Uppu Kozhukattai is the prasadam for Vinayaka Chathurthi along with the Vella Kozhakattai and Ammini Kozhakattai. I love the Uppu Kozhakattai as its almost like a paruppu usili filled in the rice balls and then steamed in the pressure cooker. The Uppu Kozhukattais, I always felt were comparitively more easier to make as one makes the balls ahead and then stretch the outer dough over the balls to cover it.
As always the first part is the Outer Dough which is the base of the whole preparation. Keep this prepared Outer Kozhukattai Dough covered tight to preserve the moisture and warmth as this is imperative for easily working on this dough.
Soak the Bengal Gram and Urad Dhal for about 3 hours just as you would for Paruppu Usili.
I have used the proportion of 1/4 cup of bengal gram to 1/2 cup of urad dhal. If you want more numbers, you can extrapolate it to double the quantity.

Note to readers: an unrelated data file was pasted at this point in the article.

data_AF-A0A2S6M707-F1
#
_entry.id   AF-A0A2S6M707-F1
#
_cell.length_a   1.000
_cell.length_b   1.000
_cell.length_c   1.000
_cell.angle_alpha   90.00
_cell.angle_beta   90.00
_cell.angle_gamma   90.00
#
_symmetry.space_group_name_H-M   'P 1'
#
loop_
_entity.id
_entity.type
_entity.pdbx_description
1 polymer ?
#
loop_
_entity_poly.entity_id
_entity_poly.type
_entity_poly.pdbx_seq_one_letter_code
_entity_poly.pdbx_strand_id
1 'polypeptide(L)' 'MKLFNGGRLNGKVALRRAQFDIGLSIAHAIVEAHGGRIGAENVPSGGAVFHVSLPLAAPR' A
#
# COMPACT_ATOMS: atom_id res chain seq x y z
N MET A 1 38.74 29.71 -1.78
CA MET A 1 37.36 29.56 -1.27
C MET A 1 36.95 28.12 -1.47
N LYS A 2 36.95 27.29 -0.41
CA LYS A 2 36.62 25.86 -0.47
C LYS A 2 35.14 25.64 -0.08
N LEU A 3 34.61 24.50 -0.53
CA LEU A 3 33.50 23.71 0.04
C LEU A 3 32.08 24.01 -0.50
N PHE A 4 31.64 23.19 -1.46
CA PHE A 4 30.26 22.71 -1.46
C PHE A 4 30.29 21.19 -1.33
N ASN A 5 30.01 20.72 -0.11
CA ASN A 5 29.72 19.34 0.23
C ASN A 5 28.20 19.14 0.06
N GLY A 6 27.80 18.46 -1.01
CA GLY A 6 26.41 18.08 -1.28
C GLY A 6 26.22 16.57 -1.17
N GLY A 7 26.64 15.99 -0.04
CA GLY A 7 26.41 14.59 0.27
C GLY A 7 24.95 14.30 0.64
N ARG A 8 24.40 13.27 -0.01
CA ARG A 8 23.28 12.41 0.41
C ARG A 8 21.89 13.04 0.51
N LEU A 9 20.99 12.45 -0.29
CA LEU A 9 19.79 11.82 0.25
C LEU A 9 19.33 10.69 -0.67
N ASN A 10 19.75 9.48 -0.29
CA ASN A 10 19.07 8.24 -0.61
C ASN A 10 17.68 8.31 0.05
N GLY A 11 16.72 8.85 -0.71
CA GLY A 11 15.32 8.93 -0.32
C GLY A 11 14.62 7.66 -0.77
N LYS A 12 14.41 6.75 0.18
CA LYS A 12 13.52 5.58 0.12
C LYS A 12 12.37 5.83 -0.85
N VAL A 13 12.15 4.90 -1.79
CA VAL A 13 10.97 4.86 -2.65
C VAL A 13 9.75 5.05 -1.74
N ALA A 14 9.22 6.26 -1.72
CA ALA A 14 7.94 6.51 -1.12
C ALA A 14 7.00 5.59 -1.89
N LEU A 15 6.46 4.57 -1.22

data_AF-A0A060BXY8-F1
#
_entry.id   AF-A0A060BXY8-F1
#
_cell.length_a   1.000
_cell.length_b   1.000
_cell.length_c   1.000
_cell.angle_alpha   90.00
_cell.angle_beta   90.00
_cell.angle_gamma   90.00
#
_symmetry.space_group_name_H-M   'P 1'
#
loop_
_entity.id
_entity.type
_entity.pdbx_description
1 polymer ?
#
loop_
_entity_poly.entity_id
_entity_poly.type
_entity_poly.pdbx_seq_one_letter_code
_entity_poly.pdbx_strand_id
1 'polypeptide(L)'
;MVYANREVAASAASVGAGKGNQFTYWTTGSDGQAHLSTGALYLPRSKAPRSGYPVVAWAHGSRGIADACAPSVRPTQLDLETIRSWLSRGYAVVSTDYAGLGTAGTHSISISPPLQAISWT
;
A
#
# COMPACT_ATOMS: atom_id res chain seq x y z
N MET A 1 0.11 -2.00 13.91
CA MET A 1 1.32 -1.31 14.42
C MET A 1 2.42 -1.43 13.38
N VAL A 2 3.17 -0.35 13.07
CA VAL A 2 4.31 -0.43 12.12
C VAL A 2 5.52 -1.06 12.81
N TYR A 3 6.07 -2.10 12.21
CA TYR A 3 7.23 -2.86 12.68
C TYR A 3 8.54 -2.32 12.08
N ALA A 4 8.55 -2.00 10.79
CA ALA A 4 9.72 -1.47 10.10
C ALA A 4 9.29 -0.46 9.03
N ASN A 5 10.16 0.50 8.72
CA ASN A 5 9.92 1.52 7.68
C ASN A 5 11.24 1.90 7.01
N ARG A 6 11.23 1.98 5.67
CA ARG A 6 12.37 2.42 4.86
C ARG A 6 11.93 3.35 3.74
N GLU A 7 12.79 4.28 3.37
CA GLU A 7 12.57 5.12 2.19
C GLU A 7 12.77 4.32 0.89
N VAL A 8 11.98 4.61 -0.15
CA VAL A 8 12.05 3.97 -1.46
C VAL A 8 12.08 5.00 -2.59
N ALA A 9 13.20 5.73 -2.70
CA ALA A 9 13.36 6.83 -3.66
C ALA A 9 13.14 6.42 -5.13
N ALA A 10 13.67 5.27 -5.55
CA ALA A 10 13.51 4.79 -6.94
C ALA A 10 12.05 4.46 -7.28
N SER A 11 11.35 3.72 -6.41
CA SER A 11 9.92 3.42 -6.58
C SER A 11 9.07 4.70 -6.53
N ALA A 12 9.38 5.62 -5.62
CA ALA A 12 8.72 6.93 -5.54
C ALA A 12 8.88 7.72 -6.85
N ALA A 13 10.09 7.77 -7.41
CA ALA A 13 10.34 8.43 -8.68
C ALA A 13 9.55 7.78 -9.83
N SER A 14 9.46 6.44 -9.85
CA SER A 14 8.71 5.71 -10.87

Grind the bengal gram and urad dhal in the mixer with salt, green chillies and curry leaves with as little water as possible. The water added is important as this affects the final consistency of the urad dhal crumble.
It should not be ground too smooth but a little short of that, a little coarse. Add hing and a spoon of oil and mix it in well.
Place a seasoning kadai on the stove, add oil and mustard, When the mustard splutters, add it to the ground paste. Mix and in a few minutes add the grated coconut. (This is optional).
Grease 1 or 2 idli plates and fill the firm ground paste in the idli plates. Steam in the pressure cooker for 12 – 15 minutes. Switch off gas and remove the plates and allow to cool.
Transfer the cooked dhal idlis to a plate and pour 1 spoon of coconut/gingely/canola oil on them and slowly crumble them with your oiled fingers.
Try to do this when its still warm.
Now with the help of a oil greased hands again, press the crumbles in to 1 inch balls. Keep covered in a container to retain the moisture.
Follow the usual procedure of making little cups with the Outer Dough.
Place a urad ball in to the little modhak cups.